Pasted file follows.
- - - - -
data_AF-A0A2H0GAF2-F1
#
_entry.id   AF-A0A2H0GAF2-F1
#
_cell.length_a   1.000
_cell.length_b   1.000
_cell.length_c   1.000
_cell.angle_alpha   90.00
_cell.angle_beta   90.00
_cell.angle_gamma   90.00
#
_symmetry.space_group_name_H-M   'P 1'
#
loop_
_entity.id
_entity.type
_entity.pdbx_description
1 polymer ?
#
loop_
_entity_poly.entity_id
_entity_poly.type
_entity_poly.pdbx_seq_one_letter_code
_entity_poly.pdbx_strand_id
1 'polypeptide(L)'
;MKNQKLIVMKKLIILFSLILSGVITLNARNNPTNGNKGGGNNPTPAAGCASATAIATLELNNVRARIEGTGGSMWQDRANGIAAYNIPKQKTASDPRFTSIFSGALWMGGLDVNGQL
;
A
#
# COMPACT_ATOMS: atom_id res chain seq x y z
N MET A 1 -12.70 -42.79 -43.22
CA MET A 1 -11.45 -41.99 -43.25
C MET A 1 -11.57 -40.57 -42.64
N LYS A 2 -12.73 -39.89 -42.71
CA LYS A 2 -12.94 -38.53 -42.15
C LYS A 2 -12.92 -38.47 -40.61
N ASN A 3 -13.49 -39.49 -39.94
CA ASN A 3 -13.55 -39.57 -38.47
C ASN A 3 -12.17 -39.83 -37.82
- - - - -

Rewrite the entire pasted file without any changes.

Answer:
data_AF-A0A2H0GAF2-F1
#
_entry.id   AF-A0A2H0GAF2-F1
#
_cell.length_a   1.000
_cell.length_b   1.000
_cell.length_c   1.000
_cell.angle_alpha   90.00
_cell.angle_beta   90.00
_cell.angle_gamma   90.00
#
_symmetry.space_group_name_H-M   'P 1'
#
loop_
_entity.id
_entity.type
_entity.pdbx_description
1 polymer ?
#
loop_
_entity_poly.entity_id
_entity_poly.type
_entity_poly.pdbx_seq_one_letter_code
_entity_poly.pdbx_strand_id
1 'polypeptide(L)'
;MKNQKLIVMKKLIILFSLILSGVITLNARNNPTNGNKGGGNNPTPAAGCASATAIATLELNNVRARIEGTGGSMWQDRANGIAAYNIPKQKTASDPRFTSIFSGALWMGGLDVNGQL
;
A
#
# COMPACT_ATOMS: atom_id res chain seq x y z
N MET A 1 -12.70 -42.79 -43.22
CA MET A 1 -11.45 -41.99 -43.25
C MET A 1 -11.57 -40.57 -42.64
N LYS A 2 -12.73 -39.89 -42.71
CA LYS A 2 -12.94 -38.53 -42.15
C LYS A 2 -12.92 -38.47 -40.61
N ASN A 3 -13.49 -39.49 -39.94
CA ASN A 3 -13.55 -39.57 -38.47
C ASN A 3 -12.17 -39.83 -37.82